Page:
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Fish   |   Ethical business

Small fish trade leaves communities in food insecurity

More than half a million tonnes of small fish are caught by super trawlers along the West African coast every year to be turned into feed for aqua and agriculture, dietary supplements and pet food, according to a new report.

The report, entitled Feeding the Monster by NGOs Greenpeace Africa and Changing Markets, highlights the impact on small fishing communities along this coastline, which rely on these fish stocks for essential protein.

It examines the impact of the growing aquaculture industry in Europe and its reliance on wild fish, or fish meal fish oil (FMFO), caught and processed from West Africa, and its links to mainstream supermarkets.

West Africa’s production of fishmeal and fish oil has grown more than ten-fold in the past decade, and the report found the practice is undermining food security in coastal communities of Mauritania, Senegal and The Gambia, particularly in Mauritania where 70 per cent of the fish oil exports went to the EU in 2019.

Roughly one third of fishmeal goes to the agricultural sector, 23 per cent of which goes to feed pigs. The aquaculture industry is already providing over half of global fish consumption and is expected to grow further to reach 60 per cent of total global fish consumption by 2030.

“The fishmeal and fish oil industry, as well as all governments and companies supporting them, are basically robbing local populations of livelihoods and food in contradiction with international commitments on sustainable development, poverty alleviation, food security, and gender equality,” said Greenpeace Africa senior campaigner, Dr Ibrahimé Cissé.

Fish oil
Small fish caught in West Africa are processed for European consumption and deprive local communities of a primary food source.

The main fish species used by the fish oil industry in West Africa – sardinella and bonga – are already overexploited, posing ‘a serious threat to food security in the subregion’, according to the FAO.

Europe is home to several of the world’s largest aquafeed companies – Cargill Aqua Nutrition/EWOS, Skretting, Mowi and BioMar, which are connected to West African FMFO suppliers, the report found.   

The report found major supermarkets including Tesco and Sainsbury’s in the UK and Carrefour in France are also implicated through buying from seafood processors and producers linked with the fish oil trade in West Africa.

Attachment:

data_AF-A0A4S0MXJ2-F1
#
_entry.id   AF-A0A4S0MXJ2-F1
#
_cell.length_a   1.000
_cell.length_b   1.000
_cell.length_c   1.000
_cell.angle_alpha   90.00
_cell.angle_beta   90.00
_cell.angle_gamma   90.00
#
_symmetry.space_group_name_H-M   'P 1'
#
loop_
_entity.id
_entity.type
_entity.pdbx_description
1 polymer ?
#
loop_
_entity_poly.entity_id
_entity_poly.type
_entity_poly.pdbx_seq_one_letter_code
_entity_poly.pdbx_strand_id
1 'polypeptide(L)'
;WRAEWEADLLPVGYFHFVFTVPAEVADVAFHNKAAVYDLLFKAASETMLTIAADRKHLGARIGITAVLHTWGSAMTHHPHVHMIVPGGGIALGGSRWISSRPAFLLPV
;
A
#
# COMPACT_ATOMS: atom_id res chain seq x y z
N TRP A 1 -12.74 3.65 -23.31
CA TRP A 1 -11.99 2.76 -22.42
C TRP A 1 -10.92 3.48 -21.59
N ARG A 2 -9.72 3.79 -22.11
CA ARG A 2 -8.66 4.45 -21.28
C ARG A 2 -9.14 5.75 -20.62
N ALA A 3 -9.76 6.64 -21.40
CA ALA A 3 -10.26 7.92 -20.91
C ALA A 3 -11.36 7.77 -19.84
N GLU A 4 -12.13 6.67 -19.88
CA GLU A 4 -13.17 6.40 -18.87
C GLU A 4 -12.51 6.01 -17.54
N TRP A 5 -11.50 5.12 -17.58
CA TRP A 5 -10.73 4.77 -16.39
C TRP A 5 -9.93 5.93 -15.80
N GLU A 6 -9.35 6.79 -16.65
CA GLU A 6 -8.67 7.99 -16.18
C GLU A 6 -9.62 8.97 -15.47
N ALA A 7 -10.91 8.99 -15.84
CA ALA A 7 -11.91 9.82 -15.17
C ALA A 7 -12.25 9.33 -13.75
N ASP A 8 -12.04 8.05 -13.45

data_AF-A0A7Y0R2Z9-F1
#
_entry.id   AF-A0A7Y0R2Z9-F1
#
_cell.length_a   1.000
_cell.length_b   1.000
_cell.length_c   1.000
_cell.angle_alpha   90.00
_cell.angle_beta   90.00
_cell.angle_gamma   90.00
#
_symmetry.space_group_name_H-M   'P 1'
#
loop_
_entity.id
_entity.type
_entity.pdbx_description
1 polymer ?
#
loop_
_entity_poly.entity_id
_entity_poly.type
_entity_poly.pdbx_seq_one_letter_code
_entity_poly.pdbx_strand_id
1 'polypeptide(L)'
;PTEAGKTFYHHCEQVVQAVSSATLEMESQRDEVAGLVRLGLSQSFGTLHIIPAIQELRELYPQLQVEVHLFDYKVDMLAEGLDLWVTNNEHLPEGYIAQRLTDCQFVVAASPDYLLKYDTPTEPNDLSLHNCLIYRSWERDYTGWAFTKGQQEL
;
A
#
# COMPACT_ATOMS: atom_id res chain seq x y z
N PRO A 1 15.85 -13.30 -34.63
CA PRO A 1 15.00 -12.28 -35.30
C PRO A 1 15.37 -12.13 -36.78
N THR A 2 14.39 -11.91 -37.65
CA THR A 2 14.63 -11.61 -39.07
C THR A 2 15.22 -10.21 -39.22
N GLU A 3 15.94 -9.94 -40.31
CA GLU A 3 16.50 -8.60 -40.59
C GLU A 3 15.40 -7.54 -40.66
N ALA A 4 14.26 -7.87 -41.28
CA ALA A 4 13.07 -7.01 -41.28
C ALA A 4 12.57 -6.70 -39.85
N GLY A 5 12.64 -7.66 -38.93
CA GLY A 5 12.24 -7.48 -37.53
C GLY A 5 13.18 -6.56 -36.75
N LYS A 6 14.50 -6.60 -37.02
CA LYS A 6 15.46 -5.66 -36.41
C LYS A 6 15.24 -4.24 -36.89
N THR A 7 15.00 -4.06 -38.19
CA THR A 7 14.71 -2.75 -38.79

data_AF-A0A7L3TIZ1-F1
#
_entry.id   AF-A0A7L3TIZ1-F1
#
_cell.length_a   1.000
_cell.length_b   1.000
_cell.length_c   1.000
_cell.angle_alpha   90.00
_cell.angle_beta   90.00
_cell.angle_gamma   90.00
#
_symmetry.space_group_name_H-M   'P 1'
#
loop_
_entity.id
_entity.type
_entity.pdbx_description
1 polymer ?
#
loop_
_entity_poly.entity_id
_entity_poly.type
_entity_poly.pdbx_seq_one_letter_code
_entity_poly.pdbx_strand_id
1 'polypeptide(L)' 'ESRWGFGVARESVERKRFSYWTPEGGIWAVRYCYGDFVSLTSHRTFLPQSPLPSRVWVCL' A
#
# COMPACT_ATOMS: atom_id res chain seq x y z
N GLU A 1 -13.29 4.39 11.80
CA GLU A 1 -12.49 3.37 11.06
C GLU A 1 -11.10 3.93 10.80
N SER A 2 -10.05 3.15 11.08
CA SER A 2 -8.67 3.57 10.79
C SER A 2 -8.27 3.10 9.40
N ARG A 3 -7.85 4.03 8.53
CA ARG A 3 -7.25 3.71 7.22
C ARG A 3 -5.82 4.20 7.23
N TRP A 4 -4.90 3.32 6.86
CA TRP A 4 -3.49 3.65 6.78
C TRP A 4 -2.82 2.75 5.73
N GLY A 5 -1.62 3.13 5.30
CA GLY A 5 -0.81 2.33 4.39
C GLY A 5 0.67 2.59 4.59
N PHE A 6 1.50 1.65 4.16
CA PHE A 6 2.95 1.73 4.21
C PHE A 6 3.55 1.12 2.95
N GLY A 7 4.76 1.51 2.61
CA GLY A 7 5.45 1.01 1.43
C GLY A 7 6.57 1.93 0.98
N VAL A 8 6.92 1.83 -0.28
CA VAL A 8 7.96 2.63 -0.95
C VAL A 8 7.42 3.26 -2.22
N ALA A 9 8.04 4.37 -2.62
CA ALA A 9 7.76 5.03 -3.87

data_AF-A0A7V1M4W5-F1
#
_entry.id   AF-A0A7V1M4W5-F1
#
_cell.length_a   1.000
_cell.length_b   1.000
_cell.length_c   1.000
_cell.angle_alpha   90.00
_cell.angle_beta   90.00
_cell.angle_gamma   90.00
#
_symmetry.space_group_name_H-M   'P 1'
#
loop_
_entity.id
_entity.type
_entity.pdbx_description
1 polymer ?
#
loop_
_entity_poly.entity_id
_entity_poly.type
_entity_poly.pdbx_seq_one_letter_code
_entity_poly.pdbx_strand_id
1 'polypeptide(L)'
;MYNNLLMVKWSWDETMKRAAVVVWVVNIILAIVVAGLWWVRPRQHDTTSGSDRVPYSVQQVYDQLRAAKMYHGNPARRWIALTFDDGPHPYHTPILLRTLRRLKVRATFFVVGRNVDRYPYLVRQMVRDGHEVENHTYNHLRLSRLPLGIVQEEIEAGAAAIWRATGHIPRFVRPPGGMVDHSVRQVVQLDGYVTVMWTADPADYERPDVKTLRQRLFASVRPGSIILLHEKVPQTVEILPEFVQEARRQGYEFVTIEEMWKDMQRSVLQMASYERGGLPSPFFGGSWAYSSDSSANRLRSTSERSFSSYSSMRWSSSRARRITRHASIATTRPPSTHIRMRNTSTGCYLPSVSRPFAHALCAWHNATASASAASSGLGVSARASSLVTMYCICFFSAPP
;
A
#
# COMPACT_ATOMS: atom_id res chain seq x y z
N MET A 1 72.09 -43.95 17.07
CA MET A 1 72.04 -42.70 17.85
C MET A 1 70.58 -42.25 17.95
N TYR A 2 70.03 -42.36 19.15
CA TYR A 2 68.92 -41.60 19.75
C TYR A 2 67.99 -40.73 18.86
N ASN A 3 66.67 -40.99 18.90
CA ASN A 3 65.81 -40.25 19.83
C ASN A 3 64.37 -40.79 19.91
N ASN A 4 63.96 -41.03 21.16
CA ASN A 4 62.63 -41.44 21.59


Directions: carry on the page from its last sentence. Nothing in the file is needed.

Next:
“Now is the time to rethink supply chains and rapidly phase out the use of wild-caught fish in farmed fish and other animals, to preserve these fish populations for future generations,” said campaigns manager at Changing Markets, Alice Delemare Tangpuori.

“Exports of FMFO to Europe are stealing the livelihoods of coastal communities, by depriving populations of an important food source and means of income. European aquafeed companies and retailers can no longer ignore this major human rights and environmental issue," she said. 

Alongside banning any trade of fish meal oil or use within products, the two NGOs want European policymakers to ban access to fleets from the EU or other countries unless a comprehensive and effective fisheries management regime for the shared small pelagic fish resource has been put in place.

    Comments

    Walrus

    1 Month

    It would appear that pigs get the best part of the deal here! Wilst pigs are as entitled to a decent meal as much as anybody or anything else catching fish in one part of the world to transfer it to another is sheer folly on many counts - not least the use of fossil fuel and the lack of protein for the local small farmers and fishermen in the catching areas. This is not just the fault of some large companies but most large countries and companies of the world are willing to plunder other parts of the world for themselves only. World legislation together with good policing by all member states (members of the world not some plundering robbing group). the sooner this is enacted the better for all on the planet!

    the Walrus ~ late as usual!

    0 Reply

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